Arizona Educators, Advocates Meet At Capitol To Demand More Funding For Public Education
About 100 educators and education advocates gathered for a rally on the Capitol lawn Monday to demand more funding for Arizona’s public education system. The group also wants leaders in the House and Senate to schedule public hearings on the budget before it gets final approval.
In addition to marching and holding signs, attendees were also given a crash course on how to participate in the legislative process like how to request to speak at hearings and how to track a bill’s progress.
Julie Cieniawski, a teacher with the Scottsdale public-school system, said Presidents Day is one of the few opportunities she has to come down to the Capitol.
"To speak to people to have our voices heard," Cieniawski said. "I’ve had lots of other expectations with my family. I’ve had two children go through public schools. My husband had the day off today, and this was more important to me."
Before breaking up, the group walked into both the Arizona House and Senate buildings to deliver a set of postcards from parents and educators detailing why they’d like to see more money in the public education budget.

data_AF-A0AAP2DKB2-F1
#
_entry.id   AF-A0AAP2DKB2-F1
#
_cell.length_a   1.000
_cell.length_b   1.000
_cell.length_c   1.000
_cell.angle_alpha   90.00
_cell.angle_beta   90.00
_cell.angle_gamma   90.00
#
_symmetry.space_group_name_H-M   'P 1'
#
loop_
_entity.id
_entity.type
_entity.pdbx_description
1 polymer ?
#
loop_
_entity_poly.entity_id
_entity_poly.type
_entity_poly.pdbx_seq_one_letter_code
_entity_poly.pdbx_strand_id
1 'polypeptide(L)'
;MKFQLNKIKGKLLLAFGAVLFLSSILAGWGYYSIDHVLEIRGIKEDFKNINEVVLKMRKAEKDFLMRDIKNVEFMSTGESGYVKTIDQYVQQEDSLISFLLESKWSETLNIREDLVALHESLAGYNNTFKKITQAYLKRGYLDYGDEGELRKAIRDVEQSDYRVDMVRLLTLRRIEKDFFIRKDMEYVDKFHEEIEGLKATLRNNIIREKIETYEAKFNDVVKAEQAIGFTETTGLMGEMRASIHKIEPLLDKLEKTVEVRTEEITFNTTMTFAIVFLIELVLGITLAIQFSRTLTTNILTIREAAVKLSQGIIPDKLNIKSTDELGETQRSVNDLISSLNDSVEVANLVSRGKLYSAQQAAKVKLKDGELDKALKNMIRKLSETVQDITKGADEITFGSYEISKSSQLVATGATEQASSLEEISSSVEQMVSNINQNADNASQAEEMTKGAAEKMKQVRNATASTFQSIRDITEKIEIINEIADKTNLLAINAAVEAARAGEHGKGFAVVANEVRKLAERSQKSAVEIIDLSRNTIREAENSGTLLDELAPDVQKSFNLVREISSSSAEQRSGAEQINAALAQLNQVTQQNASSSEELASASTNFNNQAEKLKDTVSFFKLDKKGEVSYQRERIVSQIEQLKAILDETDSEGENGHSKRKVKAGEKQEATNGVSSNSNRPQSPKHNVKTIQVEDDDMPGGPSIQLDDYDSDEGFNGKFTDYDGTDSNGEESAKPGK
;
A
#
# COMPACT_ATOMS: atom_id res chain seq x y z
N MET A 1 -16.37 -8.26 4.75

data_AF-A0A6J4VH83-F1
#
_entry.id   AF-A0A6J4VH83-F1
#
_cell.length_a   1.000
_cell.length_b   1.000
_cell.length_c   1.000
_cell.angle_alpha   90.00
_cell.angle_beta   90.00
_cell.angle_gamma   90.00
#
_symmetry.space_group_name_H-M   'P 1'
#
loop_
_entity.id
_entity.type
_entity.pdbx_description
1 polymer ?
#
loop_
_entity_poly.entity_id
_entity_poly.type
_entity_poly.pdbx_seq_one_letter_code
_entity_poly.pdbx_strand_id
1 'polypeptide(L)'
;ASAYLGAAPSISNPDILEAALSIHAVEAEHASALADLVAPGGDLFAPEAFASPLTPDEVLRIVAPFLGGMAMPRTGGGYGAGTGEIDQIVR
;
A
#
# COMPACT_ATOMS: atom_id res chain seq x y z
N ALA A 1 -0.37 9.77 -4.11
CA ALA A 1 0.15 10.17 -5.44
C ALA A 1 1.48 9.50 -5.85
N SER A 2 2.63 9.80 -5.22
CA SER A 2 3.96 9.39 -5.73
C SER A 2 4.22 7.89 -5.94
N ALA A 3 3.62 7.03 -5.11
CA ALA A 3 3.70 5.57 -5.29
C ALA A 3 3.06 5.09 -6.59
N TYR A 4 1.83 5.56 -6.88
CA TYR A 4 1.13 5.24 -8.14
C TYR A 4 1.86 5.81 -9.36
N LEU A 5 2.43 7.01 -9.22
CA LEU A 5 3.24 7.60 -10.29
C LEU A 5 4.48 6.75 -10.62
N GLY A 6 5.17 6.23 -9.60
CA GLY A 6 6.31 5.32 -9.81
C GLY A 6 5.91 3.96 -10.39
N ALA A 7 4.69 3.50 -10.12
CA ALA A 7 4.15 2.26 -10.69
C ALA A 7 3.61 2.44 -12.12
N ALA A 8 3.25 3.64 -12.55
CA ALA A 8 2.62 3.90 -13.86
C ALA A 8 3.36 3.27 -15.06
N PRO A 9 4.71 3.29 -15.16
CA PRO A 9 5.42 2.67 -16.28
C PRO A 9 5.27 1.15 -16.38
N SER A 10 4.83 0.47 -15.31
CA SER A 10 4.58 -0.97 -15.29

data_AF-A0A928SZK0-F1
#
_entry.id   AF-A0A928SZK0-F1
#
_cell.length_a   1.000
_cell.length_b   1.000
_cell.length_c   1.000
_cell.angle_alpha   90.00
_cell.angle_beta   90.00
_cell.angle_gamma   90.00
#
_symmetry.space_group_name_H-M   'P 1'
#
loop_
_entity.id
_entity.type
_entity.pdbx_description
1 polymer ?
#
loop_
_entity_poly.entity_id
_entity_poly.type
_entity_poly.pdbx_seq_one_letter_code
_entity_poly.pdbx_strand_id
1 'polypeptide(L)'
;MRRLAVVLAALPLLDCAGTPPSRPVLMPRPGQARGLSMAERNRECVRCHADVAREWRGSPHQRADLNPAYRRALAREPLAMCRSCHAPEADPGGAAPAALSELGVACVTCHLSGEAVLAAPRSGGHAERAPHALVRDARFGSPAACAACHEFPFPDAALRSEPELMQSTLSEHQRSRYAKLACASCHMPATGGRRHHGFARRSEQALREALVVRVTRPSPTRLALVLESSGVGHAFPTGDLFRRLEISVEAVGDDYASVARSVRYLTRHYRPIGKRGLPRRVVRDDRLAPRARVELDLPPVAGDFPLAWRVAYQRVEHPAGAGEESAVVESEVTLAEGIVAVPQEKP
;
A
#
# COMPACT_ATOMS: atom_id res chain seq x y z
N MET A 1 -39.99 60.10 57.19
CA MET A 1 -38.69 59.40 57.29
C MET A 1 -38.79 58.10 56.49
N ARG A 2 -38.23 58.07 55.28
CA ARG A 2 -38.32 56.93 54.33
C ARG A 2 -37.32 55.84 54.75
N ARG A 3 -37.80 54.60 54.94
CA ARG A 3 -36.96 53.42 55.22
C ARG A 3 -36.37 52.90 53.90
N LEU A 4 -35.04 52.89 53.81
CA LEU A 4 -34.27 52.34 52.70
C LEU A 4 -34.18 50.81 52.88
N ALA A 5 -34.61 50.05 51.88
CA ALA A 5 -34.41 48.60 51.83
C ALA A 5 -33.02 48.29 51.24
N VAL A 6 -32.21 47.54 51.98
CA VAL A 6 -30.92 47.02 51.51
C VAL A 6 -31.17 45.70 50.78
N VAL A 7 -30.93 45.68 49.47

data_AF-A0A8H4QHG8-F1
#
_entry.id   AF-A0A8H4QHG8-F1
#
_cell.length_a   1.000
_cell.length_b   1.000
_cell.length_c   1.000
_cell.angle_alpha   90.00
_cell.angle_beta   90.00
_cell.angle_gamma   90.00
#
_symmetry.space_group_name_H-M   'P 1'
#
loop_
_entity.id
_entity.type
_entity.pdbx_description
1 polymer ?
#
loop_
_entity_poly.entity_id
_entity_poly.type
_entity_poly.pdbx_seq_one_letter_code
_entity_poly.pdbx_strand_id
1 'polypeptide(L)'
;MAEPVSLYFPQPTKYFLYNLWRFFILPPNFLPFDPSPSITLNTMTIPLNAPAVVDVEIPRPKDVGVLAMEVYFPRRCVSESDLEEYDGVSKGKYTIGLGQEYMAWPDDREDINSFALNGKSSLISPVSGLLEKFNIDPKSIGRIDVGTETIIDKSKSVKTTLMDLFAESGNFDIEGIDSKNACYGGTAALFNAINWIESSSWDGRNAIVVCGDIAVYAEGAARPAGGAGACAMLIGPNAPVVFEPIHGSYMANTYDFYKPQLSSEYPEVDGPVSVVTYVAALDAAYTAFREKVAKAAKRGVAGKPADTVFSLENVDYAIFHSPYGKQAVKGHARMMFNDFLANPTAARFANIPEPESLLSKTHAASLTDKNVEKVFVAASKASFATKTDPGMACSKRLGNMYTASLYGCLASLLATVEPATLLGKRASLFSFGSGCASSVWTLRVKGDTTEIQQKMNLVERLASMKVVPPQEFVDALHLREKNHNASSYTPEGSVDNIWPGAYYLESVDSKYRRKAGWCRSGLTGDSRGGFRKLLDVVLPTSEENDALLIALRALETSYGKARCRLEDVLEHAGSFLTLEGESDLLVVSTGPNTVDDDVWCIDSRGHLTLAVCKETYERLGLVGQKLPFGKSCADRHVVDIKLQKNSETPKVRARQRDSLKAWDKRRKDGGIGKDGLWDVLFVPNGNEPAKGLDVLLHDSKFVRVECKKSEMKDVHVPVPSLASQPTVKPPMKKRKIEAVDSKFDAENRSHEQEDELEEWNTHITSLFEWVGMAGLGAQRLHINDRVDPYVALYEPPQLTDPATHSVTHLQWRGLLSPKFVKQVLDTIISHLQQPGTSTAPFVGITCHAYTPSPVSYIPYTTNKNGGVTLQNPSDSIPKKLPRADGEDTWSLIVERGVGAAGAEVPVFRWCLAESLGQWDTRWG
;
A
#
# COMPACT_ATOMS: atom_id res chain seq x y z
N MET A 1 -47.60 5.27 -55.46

Gov. Doug Ducey's initial budget proposal for fiscal year 2018 includes and additional $114 million for K-12 funding over last year. Included is a line item giving teachers a 2-percent raise over the next five years. The coalition of education advocates on the Capitol lawn Monday said while they welcome the additional spending, teacher salaries really need a 4-percent raise or more to begin turning around the state's growing teacher shortage.
In response to Monday's demonstration, Ducey spokesman Dan Scarpinato said this is a positive discussion to have.
"We want the public engaged in it," he said. "One of the issues that we're facing is that there's a lot of priorities in education. One thing that the governor included in his budget is funding for all-day kindergarten in our low income schools."
Scarpinato added the current allocation is the best Gov. Ducey can do with the resources the state has this year.
EDITOR'S NOTE: This story has been modified to correct the spelling of Julie Cieniawski's name.